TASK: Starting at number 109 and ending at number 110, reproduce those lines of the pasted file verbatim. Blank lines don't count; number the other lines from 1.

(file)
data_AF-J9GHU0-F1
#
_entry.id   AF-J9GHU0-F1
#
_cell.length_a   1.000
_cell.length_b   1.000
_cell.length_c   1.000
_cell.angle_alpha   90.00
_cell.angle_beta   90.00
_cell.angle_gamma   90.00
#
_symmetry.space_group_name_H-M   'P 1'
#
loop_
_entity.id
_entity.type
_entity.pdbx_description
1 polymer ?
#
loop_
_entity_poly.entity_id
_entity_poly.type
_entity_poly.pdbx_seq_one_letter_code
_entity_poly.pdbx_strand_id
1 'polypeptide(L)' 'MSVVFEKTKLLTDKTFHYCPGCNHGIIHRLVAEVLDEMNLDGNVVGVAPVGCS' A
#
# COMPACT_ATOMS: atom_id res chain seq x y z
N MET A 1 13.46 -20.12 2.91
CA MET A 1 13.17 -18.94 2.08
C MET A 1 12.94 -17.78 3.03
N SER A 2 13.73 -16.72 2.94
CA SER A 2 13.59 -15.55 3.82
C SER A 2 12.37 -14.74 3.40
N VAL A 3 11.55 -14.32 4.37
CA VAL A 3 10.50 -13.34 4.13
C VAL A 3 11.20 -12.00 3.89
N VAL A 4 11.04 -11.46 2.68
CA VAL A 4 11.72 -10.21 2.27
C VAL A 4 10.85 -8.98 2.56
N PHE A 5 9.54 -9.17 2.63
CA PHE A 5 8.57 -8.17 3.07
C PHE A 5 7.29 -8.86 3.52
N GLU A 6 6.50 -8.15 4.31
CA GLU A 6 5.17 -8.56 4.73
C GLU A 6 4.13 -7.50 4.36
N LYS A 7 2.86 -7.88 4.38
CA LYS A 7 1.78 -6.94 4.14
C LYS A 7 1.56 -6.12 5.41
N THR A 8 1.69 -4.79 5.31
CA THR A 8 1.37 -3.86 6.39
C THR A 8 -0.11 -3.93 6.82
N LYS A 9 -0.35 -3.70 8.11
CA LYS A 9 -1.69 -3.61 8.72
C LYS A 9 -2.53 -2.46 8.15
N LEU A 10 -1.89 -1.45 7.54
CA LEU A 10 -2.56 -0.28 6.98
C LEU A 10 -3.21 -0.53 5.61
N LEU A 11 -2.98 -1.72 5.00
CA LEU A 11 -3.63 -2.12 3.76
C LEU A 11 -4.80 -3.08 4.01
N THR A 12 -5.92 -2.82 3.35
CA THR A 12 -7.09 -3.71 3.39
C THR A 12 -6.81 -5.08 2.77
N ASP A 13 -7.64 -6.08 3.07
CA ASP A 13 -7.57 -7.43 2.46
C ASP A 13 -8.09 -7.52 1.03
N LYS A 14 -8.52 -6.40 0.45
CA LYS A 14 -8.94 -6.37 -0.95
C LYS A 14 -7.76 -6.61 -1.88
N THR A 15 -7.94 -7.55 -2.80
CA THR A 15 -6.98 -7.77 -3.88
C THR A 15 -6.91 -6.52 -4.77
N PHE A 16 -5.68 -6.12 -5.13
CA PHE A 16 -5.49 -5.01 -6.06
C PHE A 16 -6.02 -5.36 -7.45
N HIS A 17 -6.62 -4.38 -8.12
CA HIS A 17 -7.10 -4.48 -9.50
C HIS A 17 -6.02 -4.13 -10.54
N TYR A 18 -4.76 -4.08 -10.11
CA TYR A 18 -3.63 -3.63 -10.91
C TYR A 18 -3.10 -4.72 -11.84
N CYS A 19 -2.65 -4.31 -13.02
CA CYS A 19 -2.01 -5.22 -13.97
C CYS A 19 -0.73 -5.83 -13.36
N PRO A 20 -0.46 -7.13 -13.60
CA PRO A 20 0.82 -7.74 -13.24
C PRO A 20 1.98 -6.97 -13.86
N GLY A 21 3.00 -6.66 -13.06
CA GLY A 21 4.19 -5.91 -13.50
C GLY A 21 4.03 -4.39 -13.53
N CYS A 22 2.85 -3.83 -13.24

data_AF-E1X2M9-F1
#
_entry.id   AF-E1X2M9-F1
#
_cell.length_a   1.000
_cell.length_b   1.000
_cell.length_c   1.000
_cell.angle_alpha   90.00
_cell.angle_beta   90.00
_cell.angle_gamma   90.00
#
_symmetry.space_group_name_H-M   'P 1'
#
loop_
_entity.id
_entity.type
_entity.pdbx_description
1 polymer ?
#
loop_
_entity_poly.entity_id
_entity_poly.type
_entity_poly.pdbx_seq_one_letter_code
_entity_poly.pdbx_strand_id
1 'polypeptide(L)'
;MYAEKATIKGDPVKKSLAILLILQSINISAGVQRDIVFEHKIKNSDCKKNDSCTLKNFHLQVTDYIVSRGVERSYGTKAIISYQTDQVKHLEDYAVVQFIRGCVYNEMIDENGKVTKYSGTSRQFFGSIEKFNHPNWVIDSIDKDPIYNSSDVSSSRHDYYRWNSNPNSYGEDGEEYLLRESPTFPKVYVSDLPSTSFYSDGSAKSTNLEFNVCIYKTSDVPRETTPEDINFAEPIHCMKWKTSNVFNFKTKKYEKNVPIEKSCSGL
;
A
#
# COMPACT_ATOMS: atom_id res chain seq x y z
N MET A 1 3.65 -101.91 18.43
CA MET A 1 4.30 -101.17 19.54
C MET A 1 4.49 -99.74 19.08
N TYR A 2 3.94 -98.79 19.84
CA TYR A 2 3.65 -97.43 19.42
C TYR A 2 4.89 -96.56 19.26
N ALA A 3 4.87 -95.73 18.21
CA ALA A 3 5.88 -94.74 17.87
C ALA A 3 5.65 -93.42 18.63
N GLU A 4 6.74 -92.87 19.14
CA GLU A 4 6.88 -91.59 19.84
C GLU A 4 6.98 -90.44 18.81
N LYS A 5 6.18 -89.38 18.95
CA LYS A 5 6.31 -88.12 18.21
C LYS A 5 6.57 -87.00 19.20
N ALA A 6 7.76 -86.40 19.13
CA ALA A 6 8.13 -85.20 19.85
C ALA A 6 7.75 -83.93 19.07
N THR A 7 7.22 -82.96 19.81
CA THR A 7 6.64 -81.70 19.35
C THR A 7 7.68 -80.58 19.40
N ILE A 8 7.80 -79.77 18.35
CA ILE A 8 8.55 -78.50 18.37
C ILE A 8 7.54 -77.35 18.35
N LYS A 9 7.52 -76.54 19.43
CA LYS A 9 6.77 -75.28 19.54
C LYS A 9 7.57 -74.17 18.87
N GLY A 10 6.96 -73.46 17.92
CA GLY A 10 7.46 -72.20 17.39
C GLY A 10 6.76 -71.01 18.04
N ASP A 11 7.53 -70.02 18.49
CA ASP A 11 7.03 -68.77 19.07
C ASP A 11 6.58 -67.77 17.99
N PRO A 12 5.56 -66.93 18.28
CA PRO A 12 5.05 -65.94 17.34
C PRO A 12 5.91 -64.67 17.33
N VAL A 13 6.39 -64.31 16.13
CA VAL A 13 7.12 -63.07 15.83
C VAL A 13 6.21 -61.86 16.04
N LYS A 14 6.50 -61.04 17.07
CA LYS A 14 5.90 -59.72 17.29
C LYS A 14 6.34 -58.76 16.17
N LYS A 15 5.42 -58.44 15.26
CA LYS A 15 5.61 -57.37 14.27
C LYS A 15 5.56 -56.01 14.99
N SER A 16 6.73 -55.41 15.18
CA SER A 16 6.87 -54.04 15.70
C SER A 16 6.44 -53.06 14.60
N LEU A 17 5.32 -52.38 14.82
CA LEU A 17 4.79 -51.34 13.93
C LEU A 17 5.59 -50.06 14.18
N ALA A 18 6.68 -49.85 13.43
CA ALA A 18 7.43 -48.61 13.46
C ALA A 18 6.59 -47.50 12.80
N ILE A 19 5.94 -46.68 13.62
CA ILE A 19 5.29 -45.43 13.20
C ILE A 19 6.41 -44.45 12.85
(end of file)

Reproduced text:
1 polymer ?
#